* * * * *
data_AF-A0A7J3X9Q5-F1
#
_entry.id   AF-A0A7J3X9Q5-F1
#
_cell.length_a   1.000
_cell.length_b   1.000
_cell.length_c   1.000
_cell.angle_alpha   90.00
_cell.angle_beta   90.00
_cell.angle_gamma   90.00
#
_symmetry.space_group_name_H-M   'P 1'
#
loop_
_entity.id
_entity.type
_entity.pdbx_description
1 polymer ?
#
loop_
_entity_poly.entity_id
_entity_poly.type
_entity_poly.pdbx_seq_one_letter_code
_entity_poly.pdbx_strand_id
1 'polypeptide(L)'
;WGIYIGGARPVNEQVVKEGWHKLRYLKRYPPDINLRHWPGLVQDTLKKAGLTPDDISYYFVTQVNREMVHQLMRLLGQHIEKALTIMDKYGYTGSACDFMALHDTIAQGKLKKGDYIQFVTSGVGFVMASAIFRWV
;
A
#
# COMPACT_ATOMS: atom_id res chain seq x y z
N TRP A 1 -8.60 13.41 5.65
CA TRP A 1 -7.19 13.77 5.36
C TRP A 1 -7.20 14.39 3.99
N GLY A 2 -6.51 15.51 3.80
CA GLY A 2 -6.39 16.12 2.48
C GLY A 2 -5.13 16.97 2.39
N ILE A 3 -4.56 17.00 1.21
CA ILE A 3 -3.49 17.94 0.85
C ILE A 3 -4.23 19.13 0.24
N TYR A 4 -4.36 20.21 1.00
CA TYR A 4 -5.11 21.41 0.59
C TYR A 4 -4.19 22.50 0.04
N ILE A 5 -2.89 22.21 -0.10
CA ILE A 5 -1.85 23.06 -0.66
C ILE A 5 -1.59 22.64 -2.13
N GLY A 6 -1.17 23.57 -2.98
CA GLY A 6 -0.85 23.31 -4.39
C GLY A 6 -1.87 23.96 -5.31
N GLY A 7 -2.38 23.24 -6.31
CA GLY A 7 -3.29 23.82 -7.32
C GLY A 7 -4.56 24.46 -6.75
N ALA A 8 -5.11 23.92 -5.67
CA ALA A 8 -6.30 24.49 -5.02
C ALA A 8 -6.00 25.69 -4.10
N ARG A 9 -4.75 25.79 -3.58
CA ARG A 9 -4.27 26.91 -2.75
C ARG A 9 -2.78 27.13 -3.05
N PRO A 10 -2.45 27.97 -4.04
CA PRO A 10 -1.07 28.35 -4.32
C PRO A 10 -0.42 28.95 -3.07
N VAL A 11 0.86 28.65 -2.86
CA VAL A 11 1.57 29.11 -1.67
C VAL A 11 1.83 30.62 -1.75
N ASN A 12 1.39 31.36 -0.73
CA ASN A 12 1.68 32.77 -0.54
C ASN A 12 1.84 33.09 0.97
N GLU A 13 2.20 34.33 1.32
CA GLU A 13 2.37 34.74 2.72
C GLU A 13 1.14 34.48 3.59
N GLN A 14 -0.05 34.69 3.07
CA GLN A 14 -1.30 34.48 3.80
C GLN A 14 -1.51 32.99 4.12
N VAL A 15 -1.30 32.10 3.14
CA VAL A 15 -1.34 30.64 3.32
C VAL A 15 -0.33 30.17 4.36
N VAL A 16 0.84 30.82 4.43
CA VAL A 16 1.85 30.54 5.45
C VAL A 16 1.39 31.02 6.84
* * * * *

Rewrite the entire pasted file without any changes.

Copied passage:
data_AF-A0A7J3X9Q5-F1
#
_entry.id   AF-A0A7J3X9Q5-F1
#
_cell.length_a   1.000
_cell.length_b   1.000
_cell.length_c   1.000
_cell.angle_alpha   90.00
_cell.angle_beta   90.00
_cell.angle_gamma   90.00
#
_symmetry.space_group_name_H-M   'P 1'
#
loop_
_entity.id
_entity.type
_entity.pdbx_description
1 polymer ?
#
loop_
_entity_poly.entity_id
_entity_poly.type
_entity_poly.pdbx_seq_one_letter_code
_entity_poly.pdbx_strand_id
1 'polypeptide(L)'
;WGIYIGGARPVNEQVVKEGWHKLRYLKRYPPDINLRHWPGLVQDTLKKAGLTPDDISYYFVTQVNREMVHQLMRLLGQHIEKALTIMDKYGYTGSACDFMALHDTIAQGKLKKGDYIQFVTSGVGFVMASAIFRWV
;
A
#
# COMPACT_ATOMS: atom_id res chain seq x y z
N TRP A 1 -8.60 13.41 5.65
CA TRP A 1 -7.19 13.77 5.36
C TRP A 1 -7.20 14.39 3.99
N GLY A 2 -6.51 15.51 3.80
CA GLY A 2 -6.39 16.12 2.48
C GLY A 2 -5.13 16.97 2.39
N ILE A 3 -4.56 17.00 1.21
CA ILE A 3 -3.49 17.94 0.85
C ILE A 3 -4.23 19.13 0.24
N TYR A 4 -4.36 20.21 1.00
CA TYR A 4 -5.11 21.41 0.59
C TYR A 4 -4.19 22.50 0.04
N ILE A 5 -2.89 22.21 -0.10
CA ILE A 5 -1.85 23.06 -0.66
C ILE A 5 -1.59 22.64 -2.13
N GLY A 6 -1.17 23.57 -2.98
CA GLY A 6 -0.85 23.31 -4.39
C GLY A 6 -1.87 23.96 -5.31
N GLY A 7 -2.38 23.24 -6.31
CA GLY A 7 -3.29 23.82 -7.32
C GLY A 7 -4.56 24.46 -6.75
N ALA A 8 -5.11 23.92 -5.67
CA ALA A 8 -6.30 24.49 -5.02
C ALA A 8 -6.00 25.69 -4.10
N ARG A 9 -4.75 25.79 -3.58
CA ARG A 9 -4.27 26.91 -2.75
C ARG A 9 -2.78 27.13 -3.05
N PRO A 10 -2.45 27.97 -4.04
CA PRO A 10 -1.07 28.35 -4.32
C PRO A 10 -0.42 28.95 -3.07
N VAL A 11 0.86 28.65 -2.86
CA VAL A 11 1.57 29.11 -1.67
C VAL A 11 1.83 30.62 -1.75
N ASN A 12 1.39 31.36 -0.73
CA ASN A 12 1.68 32.77 -0.54
C ASN A 12 1.84 33.09 0.97
N GLU A 13 2.20 34.33 1.32
CA GLU A 13 2.37 34.74 2.72
C GLU A 13 1.14 34.48 3.59
N GLN A 14 -0.05 34.69 3.07
CA GLN A 14 -1.30 34.48 3.80
C GLN A 14 -1.51 32.99 4.12
N VAL A 15 -1.30 32.10 3.14
CA VAL A 15 -1.34 30.64 3.32
C VAL A 15 -0.33 30.17 4.36
N VAL A 16 0.84 30.82 4.43
CA VAL A 16 1.85 30.54 5.45
C VAL A 16 1.39 31.02 6.84